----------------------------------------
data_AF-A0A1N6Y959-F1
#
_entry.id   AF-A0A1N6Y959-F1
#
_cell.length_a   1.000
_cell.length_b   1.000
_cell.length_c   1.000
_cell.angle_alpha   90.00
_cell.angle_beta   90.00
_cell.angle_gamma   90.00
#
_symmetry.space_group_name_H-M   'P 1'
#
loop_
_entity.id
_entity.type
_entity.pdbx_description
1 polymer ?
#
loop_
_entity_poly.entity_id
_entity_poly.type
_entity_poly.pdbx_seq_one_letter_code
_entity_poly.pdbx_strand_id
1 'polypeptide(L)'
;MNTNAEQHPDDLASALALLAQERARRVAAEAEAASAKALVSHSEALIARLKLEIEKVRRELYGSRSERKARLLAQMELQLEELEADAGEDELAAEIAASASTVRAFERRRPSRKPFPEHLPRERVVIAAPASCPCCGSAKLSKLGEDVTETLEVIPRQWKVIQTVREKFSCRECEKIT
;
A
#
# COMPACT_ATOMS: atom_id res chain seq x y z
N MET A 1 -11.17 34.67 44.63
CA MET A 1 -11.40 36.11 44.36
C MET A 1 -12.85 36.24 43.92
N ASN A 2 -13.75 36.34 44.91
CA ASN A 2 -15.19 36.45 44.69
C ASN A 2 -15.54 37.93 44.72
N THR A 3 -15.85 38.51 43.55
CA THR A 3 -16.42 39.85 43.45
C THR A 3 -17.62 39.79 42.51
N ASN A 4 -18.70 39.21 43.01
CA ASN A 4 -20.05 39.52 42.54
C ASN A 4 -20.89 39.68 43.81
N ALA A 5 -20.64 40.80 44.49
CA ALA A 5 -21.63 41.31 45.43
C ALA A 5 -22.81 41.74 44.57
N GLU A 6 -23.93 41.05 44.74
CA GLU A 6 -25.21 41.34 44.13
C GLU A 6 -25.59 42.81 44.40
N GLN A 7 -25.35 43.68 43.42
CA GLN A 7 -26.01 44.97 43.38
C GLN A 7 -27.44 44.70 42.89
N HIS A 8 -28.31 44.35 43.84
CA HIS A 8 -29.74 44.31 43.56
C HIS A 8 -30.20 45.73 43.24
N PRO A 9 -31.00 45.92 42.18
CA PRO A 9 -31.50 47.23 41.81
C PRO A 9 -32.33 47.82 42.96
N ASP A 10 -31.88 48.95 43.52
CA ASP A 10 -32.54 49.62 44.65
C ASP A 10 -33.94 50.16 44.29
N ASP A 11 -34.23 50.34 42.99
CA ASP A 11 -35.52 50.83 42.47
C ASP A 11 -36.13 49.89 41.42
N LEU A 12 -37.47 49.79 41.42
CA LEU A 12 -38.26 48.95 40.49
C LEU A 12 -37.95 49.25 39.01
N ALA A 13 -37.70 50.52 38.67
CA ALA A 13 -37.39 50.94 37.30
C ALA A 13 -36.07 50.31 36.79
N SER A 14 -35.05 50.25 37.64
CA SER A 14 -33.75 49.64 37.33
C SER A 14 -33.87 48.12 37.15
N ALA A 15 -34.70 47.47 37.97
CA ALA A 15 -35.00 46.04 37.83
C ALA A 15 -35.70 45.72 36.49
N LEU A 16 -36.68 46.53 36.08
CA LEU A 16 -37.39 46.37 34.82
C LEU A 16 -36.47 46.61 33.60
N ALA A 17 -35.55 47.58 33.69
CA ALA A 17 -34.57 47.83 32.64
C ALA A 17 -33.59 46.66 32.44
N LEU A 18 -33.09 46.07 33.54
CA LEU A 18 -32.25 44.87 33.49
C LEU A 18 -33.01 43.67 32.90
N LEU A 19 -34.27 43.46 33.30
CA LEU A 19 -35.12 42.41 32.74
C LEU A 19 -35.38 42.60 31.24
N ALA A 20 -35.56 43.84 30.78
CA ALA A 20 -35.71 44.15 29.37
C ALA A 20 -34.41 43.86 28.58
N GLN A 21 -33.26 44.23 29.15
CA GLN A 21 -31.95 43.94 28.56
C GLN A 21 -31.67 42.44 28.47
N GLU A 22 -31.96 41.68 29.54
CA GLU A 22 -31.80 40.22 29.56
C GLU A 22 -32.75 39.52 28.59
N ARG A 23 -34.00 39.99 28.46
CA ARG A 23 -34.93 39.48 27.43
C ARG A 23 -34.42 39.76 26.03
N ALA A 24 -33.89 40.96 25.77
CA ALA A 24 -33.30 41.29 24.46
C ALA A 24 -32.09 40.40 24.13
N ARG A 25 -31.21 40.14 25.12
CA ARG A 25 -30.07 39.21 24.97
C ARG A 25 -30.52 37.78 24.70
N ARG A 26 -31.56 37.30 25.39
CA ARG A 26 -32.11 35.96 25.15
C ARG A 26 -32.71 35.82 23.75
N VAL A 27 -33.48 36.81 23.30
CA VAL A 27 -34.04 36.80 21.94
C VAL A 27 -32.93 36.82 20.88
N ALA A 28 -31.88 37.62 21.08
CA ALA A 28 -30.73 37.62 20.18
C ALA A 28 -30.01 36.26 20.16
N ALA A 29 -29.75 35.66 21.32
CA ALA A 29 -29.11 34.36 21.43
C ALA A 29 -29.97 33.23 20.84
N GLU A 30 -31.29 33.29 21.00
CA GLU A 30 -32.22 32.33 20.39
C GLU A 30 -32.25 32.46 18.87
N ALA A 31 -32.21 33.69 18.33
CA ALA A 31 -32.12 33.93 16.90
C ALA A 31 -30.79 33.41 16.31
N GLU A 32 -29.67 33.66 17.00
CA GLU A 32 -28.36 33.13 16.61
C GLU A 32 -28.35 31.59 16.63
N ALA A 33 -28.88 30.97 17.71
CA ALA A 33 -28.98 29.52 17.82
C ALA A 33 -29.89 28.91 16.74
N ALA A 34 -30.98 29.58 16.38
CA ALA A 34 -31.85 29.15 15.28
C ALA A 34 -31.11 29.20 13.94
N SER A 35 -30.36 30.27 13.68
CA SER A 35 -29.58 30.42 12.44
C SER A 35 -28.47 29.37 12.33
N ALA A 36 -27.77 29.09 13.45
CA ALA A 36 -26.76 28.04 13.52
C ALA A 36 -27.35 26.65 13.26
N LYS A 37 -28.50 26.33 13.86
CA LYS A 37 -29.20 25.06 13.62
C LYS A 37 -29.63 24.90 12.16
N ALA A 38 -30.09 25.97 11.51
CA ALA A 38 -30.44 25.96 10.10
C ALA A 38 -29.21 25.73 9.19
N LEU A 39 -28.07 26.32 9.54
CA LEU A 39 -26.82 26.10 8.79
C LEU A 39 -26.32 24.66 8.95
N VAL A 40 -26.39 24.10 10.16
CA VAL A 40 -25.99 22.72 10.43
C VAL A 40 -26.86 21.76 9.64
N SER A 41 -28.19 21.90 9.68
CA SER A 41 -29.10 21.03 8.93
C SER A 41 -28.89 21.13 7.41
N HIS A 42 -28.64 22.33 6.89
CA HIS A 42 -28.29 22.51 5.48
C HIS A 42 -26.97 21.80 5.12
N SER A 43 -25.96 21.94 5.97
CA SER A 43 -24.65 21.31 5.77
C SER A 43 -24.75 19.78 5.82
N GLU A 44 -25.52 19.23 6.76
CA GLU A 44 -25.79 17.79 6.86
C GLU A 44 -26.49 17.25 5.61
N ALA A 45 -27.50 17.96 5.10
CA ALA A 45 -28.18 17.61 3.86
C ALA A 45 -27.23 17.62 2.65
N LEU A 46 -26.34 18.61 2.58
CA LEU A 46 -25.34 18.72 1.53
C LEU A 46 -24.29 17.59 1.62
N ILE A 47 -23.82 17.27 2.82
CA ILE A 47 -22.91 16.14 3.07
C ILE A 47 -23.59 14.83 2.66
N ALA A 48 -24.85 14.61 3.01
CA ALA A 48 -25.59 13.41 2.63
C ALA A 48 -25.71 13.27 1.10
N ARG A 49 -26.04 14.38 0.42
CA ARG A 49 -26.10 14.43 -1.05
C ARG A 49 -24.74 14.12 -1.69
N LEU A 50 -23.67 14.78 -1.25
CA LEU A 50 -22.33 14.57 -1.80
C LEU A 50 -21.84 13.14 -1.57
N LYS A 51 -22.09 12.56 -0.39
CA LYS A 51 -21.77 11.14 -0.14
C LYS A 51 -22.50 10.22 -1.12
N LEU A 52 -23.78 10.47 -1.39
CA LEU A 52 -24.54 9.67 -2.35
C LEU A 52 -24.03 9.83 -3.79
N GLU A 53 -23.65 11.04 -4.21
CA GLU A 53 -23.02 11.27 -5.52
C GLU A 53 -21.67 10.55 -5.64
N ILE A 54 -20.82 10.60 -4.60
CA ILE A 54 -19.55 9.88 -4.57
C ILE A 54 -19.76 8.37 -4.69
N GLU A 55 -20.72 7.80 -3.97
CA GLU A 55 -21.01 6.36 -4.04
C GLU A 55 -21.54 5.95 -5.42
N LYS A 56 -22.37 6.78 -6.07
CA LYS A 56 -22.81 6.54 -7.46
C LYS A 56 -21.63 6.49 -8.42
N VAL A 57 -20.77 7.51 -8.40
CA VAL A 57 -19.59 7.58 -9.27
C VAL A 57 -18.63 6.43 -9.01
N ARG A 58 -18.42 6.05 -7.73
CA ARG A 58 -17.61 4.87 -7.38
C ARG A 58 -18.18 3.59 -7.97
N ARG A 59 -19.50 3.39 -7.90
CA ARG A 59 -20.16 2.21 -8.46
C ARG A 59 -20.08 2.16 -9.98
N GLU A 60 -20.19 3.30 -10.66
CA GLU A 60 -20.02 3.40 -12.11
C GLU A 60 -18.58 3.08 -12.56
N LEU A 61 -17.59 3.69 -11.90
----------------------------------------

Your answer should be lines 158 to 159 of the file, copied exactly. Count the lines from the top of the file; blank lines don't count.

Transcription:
CA SER A 43 -24.65 21.31 5.77
C SER A 43 -24.75 19.78 5.82